Control of infections and inflammation: One of the most notable successes in medical science
Through the years, medical science has had numerous notable successes. Perhaps one of its most spectacular victories is the control of infections and inflammation. By simple definitions, infections are diseases caused by pathogens, or infective agents, such as bacteria and viruses; inflammation is the reaction of living tissues to an injury.
The control of infections and inflammation has been possible largely because of certain drugs, such as the sulfonamides (or sulfa drugs), the chemotherapeutic agents (or antibiotics), the salicylates, and the corticosteroids. But as in the case of other drugs, the medicines used for the control of infections and inflammation have unfavorable side effects and, therefore, must be used with caution.
One particular problem associated with the use of drugs for the control of infections and inflammation is that some individuals are highly sensitive to them. Another problem is that some disease-producing microorganisms develop resistance to these drugs so that the microorganisms thrive in spite of their use. Of course, medical science has been active in its continuous development of modifications to these drugs so that they will be more effective.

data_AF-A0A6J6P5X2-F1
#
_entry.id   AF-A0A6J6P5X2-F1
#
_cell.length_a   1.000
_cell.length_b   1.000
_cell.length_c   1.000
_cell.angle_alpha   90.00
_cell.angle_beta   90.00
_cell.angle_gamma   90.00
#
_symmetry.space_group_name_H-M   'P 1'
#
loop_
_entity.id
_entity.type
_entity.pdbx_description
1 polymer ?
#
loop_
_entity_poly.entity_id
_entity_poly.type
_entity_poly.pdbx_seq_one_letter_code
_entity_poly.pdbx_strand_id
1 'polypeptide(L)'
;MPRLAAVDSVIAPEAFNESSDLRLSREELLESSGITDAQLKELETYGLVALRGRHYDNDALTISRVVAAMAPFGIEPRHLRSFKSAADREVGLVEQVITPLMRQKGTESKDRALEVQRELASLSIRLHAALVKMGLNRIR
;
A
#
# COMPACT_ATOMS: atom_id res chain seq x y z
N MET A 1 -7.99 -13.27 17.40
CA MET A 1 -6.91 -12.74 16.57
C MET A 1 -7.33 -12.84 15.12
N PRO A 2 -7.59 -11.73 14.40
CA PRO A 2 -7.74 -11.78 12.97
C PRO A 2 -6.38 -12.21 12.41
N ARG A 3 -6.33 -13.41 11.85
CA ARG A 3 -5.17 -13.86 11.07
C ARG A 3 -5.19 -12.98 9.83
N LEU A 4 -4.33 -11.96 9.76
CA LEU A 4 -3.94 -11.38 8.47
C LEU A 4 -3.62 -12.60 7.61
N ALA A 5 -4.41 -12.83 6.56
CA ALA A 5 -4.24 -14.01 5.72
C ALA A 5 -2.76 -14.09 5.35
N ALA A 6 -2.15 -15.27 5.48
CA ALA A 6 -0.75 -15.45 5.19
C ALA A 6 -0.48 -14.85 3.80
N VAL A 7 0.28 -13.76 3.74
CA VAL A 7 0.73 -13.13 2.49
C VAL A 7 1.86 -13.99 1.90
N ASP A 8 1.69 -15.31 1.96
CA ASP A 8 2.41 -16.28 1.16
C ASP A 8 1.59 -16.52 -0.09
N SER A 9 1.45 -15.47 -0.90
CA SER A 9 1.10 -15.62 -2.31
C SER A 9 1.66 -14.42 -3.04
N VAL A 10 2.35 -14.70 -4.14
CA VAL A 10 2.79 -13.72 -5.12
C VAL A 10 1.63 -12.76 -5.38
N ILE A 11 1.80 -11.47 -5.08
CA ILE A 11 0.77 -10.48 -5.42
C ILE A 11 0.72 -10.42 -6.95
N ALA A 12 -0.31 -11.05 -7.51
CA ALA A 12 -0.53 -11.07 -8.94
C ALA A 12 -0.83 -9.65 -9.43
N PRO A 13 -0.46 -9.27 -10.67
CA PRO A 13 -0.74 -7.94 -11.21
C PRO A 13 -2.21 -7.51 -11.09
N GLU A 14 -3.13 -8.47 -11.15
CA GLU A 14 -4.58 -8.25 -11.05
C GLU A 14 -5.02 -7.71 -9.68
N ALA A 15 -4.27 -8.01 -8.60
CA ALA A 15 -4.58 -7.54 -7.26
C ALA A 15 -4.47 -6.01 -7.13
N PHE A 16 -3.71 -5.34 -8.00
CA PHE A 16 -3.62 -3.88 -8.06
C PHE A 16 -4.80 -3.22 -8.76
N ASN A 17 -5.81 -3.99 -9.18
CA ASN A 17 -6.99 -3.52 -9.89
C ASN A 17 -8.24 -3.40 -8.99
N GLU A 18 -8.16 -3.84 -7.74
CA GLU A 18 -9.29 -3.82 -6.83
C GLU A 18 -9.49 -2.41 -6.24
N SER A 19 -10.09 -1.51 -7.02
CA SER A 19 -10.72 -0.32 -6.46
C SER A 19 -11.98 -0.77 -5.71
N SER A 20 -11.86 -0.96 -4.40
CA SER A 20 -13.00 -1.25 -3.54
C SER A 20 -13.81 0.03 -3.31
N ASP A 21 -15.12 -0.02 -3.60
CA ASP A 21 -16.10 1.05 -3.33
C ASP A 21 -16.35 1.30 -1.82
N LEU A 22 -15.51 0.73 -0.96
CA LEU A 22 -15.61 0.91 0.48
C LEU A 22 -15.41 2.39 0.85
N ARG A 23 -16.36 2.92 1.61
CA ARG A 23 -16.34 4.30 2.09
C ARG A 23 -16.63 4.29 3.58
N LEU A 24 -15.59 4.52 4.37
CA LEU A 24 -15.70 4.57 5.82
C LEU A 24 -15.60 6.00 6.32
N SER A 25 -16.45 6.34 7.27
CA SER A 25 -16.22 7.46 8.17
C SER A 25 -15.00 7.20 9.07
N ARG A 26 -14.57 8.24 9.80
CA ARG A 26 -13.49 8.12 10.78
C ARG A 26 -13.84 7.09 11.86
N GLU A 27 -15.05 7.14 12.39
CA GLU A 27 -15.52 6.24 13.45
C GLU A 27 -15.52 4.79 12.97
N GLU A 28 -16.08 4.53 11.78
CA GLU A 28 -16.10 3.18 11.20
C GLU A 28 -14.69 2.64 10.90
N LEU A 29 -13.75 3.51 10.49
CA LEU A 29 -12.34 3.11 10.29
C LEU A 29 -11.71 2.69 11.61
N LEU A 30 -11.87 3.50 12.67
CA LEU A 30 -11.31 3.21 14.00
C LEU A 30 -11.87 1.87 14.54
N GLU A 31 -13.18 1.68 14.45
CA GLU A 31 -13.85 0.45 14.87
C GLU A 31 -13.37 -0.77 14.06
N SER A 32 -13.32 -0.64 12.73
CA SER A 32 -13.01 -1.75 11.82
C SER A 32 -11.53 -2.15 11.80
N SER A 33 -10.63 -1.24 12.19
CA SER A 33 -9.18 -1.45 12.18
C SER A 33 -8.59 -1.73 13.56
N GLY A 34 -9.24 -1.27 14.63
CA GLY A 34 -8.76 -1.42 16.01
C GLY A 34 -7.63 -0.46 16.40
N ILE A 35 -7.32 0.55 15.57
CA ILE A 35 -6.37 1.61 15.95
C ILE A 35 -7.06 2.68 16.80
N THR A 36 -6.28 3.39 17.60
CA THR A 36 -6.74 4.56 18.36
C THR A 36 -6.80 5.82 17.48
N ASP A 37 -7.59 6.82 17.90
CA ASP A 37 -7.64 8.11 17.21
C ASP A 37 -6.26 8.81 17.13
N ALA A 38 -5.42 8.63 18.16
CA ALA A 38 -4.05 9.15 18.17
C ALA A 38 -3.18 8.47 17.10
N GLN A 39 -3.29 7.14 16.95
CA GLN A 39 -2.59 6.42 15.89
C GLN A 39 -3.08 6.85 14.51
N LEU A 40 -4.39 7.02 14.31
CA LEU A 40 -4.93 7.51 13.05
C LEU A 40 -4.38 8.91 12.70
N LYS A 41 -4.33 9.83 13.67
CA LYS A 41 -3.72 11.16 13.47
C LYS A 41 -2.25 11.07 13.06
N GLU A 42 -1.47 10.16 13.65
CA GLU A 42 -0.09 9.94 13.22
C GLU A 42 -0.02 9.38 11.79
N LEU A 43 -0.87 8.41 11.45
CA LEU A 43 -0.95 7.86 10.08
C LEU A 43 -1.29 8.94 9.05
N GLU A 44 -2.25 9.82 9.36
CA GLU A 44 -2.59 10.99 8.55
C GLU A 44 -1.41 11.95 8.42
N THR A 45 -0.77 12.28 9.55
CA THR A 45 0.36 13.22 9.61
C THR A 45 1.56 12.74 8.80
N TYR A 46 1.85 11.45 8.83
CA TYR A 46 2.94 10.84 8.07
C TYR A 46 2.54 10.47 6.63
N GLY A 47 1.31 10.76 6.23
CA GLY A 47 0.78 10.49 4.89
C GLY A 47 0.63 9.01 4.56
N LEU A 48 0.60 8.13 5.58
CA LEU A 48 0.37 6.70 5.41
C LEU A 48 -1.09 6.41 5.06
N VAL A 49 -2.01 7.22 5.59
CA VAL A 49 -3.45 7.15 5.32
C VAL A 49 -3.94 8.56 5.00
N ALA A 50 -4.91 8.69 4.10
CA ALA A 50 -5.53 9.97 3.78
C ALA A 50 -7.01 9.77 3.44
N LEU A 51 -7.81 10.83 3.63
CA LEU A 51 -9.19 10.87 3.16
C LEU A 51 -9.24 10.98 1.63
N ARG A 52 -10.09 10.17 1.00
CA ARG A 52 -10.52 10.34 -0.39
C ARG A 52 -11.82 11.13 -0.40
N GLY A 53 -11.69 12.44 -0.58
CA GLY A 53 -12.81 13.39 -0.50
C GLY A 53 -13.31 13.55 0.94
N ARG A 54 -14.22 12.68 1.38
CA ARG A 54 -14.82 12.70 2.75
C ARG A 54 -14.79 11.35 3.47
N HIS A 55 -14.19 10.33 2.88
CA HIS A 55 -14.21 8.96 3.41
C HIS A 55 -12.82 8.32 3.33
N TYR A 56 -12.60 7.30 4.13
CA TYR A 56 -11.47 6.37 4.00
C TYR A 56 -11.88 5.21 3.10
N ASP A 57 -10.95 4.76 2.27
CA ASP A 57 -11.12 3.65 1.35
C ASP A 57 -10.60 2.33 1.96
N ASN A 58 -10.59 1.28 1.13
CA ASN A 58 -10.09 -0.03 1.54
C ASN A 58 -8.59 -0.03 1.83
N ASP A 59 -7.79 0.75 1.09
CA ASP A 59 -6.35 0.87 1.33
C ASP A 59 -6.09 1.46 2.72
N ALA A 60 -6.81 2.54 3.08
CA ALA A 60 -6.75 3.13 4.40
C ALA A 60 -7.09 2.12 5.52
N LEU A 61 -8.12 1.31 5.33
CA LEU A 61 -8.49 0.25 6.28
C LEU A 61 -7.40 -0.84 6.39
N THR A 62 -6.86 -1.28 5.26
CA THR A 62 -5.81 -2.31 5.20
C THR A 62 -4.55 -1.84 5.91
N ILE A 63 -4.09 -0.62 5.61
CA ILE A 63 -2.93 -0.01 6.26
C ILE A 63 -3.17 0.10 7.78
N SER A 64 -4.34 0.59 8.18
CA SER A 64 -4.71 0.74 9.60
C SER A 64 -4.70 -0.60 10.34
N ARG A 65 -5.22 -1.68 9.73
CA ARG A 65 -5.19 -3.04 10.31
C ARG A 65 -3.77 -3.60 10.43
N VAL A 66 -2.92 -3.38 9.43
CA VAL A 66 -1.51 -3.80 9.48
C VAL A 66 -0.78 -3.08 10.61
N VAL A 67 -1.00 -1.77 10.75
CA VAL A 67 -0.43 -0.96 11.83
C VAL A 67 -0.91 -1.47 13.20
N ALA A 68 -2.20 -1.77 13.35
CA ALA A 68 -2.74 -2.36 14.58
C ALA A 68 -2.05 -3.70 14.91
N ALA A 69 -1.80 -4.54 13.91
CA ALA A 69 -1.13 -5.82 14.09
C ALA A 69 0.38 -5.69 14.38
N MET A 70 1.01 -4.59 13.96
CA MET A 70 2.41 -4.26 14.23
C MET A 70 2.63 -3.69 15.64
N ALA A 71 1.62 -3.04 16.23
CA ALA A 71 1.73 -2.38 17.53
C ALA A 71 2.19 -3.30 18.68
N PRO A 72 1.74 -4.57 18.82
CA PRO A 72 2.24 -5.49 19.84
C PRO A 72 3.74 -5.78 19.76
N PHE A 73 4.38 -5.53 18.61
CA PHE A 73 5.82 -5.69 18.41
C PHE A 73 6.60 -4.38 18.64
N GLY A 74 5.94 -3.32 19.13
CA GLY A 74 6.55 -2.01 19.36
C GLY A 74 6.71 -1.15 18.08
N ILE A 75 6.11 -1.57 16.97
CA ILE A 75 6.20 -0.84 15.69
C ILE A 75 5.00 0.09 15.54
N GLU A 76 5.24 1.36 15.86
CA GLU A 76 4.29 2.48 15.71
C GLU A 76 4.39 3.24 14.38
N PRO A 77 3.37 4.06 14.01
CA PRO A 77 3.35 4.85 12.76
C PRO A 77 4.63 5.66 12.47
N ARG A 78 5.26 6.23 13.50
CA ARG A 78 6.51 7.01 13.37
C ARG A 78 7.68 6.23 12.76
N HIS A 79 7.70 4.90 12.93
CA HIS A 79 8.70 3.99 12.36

Antibiotics and the sulfa drugs fight infections by penetrating the tissues and fluids of the body and destroying the invading disease-carrying microorganisms, rather than by increasing the natural defenses of the body. Therefore, it is reasonable that additional measures be used to increase the natural processes by which the body reacts to protect itself against infections.
The salicylates and the more effective corticosteroids help fight and reduce the pain and swelling caused by inflammation. Other characteristics of inflammation, which these drugs help control, include redness due to the increased amount of blood in the injured tissues, increased temperature of the tissues, and often loss of function of that involved part of the body.
Some of the side effects of corticosteroids are severe and long-lasting and, therefore, physicians must weigh the advantage of the use of these drugs against the prospect of such side effects.
In addition to the use of drugs, control of infections and inflammation is possible with certain supplementary measures. For example, the use of simple home treatments (hydrotherapy, for example) is effective for many types of infection. Such methods work by increasing blood circulation through the tissues of the body and by stimulating the body's immune response mechanisms - the means by which the body naturally fights infections.
In battling inflammation, on the other hand, there are some simple physical agents which may be used. The application of heat is probably the most important of these physical agents. This method causes an increase in the circulation of blood through the inflamed body part, helping to reduce the inflammation. Resting the affected body part is likewise helpful in reducing the inflammation.
1. Online book preview: "Infection Control in the Community," pp. 320-322, by Jean Lawrence and Dee May - http://books.google.com.ph/books?isbn=0443064067...
2. "Inflammation: What You Need To Know", on The Cleveland Clinic (online) - http://my.clevelandclinic.org/symptoms/Inflammation/hic_Inflammation_What_You_Need_To_Know.aspx